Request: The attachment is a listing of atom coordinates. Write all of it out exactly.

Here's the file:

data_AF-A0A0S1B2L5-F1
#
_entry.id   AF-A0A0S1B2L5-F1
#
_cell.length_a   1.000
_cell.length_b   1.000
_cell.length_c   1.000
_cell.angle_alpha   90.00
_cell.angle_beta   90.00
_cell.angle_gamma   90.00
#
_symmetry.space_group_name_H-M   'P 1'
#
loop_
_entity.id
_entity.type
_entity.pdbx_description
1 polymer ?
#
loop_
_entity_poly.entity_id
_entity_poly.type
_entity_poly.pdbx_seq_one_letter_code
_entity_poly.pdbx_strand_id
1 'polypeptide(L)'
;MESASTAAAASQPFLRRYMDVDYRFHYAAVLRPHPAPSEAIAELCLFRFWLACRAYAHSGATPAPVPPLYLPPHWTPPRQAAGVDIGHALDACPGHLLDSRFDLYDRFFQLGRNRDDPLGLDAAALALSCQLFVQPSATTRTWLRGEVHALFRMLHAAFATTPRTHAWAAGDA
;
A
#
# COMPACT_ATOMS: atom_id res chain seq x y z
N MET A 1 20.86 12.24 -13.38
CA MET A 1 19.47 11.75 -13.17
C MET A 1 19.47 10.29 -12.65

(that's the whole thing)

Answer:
data_AF-A0A0S1B2L5-F1
#
_entry.id   AF-A0A0S1B2L5-F1
#
_cell.length_a   1.000
_cell.length_b   1.000
_cell.length_c   1.000
_cell.angle_alpha   90.00
_cell.angle_beta   90.00
_cell.angle_gamma   90.00
#
_symmetry.space_group_name_H-M   'P 1'
#
loop_
_entity.id
_entity.type
_entity.pdbx_description
1 polymer ?
#
loop_
_entity_poly.entity_id
_entity_poly.type
_entity_poly.pdbx_seq_one_letter_code
_entity_poly.pdbx_strand_id
1 'polypeptide(L)'
;MESASTAAAASQPFLRRYMDVDYRFHYAAVLRPHPAPSEAIAELCLFRFWLACRAYAHSGATPAPVPPLYLPPHWTPPRQAAGVDIGHALDACPGHLLDSRFDLYDRFFQLGRNRDDPLGLDAAALALSCQLFVQPSATTRTWLRGEVHALFRMLHAAFATTPRTHAWAAGDA
;
A
#
# COMPACT_ATOMS: atom_id res chain seq x y z
N MET A 1 20.86 12.24 -13.38
CA MET A 1 19.47 11.75 -13.17
C MET A 1 19.47 10.29 -12.65